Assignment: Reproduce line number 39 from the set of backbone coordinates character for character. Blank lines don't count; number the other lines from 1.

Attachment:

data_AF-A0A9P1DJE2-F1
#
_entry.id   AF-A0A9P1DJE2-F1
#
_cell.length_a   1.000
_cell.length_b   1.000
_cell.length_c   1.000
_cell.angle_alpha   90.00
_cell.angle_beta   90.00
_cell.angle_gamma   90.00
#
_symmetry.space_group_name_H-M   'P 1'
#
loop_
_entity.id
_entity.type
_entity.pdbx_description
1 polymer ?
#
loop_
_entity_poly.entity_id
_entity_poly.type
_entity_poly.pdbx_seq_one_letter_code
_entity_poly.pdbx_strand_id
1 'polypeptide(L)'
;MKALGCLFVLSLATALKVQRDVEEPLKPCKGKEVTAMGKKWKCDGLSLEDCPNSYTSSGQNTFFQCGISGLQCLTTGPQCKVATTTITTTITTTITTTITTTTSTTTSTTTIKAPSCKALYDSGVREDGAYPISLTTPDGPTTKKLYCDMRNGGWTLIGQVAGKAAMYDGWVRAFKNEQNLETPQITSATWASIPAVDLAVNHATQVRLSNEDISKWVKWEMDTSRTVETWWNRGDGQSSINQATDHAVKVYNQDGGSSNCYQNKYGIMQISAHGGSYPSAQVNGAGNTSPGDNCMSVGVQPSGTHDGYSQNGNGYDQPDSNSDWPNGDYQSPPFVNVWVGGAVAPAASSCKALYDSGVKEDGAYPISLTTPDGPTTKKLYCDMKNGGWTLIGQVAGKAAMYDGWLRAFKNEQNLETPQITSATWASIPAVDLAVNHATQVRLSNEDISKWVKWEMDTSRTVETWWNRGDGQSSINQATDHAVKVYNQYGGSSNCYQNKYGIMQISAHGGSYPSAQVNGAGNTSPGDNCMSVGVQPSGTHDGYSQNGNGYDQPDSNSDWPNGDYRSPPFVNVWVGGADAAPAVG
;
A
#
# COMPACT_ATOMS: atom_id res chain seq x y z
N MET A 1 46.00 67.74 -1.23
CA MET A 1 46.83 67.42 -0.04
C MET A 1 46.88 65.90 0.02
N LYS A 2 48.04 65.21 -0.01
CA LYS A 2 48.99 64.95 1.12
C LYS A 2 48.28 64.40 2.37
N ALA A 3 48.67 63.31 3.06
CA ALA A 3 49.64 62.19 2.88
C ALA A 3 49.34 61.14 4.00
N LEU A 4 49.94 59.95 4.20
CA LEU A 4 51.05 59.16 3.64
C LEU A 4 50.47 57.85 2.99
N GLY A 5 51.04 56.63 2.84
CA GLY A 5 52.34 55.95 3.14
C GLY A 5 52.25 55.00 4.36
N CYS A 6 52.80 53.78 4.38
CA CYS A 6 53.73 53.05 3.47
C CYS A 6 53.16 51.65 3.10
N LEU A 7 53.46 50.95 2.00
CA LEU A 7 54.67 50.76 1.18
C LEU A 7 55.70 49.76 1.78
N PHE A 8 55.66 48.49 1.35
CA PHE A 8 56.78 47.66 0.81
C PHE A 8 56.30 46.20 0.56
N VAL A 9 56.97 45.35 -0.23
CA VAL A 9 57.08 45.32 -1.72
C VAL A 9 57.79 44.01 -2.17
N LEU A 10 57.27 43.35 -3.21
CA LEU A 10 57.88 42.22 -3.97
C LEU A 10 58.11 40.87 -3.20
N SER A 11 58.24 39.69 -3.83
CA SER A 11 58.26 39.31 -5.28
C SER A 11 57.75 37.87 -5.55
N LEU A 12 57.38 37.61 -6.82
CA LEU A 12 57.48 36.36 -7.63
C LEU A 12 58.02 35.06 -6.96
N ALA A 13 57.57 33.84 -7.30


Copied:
C ALA A 3 49.34 61.14 4.00